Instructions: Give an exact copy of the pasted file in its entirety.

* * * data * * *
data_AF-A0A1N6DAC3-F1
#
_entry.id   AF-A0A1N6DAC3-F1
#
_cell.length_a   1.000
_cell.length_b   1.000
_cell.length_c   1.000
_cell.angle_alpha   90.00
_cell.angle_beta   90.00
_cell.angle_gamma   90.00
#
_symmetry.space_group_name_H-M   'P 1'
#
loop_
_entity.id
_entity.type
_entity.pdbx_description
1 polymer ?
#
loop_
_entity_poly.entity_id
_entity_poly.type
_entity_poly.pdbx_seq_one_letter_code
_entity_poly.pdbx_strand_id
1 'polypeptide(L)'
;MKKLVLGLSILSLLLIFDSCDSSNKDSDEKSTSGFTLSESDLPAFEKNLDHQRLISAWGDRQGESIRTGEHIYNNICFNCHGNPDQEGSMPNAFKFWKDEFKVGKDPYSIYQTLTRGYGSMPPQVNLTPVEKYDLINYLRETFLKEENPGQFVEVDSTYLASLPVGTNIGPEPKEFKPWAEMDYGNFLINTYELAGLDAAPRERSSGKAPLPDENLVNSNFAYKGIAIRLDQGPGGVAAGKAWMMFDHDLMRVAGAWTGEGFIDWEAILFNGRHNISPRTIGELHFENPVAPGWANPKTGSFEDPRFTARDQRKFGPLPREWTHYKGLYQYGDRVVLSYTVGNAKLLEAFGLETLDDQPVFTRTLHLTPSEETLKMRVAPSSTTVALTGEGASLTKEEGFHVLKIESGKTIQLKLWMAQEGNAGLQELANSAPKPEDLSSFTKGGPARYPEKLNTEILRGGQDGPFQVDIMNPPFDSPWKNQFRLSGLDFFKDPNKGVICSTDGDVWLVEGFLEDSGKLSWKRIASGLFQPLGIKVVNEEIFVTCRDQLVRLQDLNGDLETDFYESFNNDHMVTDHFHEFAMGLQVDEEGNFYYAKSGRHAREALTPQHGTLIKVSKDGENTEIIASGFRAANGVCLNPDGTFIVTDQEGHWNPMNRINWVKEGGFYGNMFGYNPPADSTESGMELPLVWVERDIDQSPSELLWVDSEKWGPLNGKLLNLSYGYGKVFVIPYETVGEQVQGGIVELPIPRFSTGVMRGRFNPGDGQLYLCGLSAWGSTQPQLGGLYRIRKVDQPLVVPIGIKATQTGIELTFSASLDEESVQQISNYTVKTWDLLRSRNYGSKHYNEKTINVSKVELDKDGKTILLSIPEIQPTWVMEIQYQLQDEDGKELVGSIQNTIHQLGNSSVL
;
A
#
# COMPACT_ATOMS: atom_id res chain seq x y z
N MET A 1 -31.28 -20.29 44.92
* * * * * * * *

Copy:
data_AF-A0A1N6DAC3-F1
#
_entry.id   AF-A0A1N6DAC3-F1
#
_cell.length_a   1.000
_cell.length_b   1.000
_cell.length_c   1.000
_cell.angle_alpha   90.00
_cell.angle_beta   90.00
_cell.angle_gamma   90.00
#
_symmetry.space_group_name_H-M   'P 1'
#
loop_
_entity.id
_entity.type
_entity.pdbx_description
1 polymer ?
#
loop_
_entity_poly.entity_id
_entity_poly.type
_entity_poly.pdbx_seq_one_letter_code
_entity_poly.pdbx_strand_id
1 'polypeptide(L)'
;MKKLVLGLSILSLLLIFDSCDSSNKDSDEKSTSGFTLSESDLPAFEKNLDHQRLISAWGDRQGESIRTGEHIYNNICFNCHGNPDQEGSMPNAFKFWKDEFKVGKDPYSIYQTLTRGYGSMPPQVNLTPVEKYDLINYLRETFLKEENPGQFVEVDSTYLASLPVGTNIGPEPKEFKPWAEMDYGNFLINTYELAGLDAAPRERSSGKAPLPDENLVNSNFAYKGIAIRLDQGPGGVAAGKAWMMFDHDLMRVAGAWTGEGFIDWEAILFNGRHNISPRTIGELHFENPVAPGWANPKTGSFEDPRFTARDQRKFGPLPREWTHYKGLYQYGDRVVLSYTVGNAKLLEAFGLETLDDQPVFTRTLHLTPSEETLKMRVAPSSTTVALTGEGASLTKEEGFHVLKIESGKTIQLKLWMAQEGNAGLQELANSAPKPEDLSSFTKGGPARYPEKLNTEILRGGQDGPFQVDIMNPPFDSPWKNQFRLSGLDFFKDPNKGVICSTDGDVWLVEGFLEDSGKLSWKRIASGLFQPLGIKVVNEEIFVTCRDQLVRLQDLNGDLETDFYESFNNDHMVTDHFHEFAMGLQVDEEGNFYYAKSGRHAREALTPQHGTLIKVSKDGENTEIIASGFRAANGVCLNPDGTFIVTDQEGHWNPMNRINWVKEGGFYGNMFGYNPPADSTESGMELPLVWVERDIDQSPSELLWVDSEKWGPLNGKLLNLSYGYGKVFVIPYETVGEQVQGGIVELPIPRFSTGVMRGRFNPGDGQLYLCGLSAWGSTQPQLGGLYRIRKVDQPLVVPIGIKATQTGIELTFSASLDEESVQQISNYTVKTWDLLRSRNYGSKHYNEKTINVSKVELDKDGKTILLSIPEIQPTWVMEIQYQLQDEDGKELVGSIQNTIHQLGNSSVL
;
A
#
# COMPACT_ATOMS: atom_id res chain seq x y z
N MET A 1 -31.28 -20.29 44.92